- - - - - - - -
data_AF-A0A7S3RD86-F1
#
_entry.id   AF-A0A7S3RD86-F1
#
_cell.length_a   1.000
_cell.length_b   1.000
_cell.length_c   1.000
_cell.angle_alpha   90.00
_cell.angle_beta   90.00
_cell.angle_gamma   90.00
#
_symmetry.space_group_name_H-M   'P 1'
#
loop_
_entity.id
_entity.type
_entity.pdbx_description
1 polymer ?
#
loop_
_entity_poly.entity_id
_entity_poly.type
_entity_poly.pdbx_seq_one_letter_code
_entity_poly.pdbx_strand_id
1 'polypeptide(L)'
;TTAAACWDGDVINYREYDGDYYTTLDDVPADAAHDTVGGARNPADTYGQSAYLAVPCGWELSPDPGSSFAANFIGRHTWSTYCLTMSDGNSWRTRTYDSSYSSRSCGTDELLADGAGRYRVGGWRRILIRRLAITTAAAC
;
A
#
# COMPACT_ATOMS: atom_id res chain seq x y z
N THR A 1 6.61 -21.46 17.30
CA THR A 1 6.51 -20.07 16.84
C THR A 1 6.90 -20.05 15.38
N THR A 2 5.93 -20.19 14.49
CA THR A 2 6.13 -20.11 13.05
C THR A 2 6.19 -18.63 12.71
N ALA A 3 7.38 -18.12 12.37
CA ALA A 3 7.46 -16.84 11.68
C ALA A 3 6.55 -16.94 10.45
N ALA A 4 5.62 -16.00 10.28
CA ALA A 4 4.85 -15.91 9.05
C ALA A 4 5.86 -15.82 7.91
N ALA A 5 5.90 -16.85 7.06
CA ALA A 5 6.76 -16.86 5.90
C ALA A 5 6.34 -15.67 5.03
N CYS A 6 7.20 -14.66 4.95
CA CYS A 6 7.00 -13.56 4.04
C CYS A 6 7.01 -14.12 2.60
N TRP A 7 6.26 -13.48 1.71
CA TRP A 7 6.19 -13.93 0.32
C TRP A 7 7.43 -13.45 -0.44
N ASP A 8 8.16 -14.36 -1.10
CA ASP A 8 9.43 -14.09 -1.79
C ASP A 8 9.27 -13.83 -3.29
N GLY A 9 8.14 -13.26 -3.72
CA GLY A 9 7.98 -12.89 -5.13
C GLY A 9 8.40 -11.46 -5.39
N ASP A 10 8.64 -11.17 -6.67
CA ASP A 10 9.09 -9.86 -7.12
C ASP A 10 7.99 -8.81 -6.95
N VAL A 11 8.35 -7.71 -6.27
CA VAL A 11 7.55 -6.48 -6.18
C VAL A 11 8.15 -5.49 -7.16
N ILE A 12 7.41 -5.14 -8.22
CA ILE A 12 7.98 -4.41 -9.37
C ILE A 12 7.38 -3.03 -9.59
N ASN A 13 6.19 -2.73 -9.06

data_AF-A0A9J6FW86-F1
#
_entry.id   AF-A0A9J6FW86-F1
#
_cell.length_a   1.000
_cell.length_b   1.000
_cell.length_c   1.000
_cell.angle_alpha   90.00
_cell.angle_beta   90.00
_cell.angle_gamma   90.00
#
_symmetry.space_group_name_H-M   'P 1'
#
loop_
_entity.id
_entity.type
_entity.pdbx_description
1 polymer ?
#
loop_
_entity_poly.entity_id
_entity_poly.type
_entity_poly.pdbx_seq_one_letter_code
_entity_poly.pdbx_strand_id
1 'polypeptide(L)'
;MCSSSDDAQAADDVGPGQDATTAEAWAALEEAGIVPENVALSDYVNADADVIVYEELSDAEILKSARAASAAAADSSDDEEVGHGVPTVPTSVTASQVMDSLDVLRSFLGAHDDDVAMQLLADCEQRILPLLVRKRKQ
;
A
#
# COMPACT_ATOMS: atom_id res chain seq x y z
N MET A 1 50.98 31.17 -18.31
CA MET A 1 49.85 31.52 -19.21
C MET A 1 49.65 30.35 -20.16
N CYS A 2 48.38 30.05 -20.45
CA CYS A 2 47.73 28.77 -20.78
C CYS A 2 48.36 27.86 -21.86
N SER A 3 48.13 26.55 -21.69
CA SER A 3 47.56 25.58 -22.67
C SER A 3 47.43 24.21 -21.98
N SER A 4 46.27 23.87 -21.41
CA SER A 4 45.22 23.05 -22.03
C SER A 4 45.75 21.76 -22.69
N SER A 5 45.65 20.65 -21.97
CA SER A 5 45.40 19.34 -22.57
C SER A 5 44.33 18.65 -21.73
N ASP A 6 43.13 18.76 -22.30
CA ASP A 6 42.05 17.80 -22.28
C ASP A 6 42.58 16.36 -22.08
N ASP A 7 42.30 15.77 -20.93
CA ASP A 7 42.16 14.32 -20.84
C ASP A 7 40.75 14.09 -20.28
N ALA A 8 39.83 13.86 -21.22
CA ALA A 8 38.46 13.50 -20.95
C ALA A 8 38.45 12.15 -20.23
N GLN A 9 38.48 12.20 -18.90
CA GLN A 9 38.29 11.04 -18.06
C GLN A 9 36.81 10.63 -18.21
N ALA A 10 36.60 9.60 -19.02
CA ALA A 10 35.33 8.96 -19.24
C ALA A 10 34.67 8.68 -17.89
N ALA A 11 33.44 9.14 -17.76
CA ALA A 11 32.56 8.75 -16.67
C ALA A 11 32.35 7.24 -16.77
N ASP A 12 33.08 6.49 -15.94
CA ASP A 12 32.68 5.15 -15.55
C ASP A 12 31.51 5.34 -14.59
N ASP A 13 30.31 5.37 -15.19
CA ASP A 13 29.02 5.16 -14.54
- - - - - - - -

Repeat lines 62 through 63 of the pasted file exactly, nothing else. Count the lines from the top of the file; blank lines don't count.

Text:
CA VAL A 11 7.55 -6.48 -6.18
C VAL A 11 8.15 -5.49 -7.16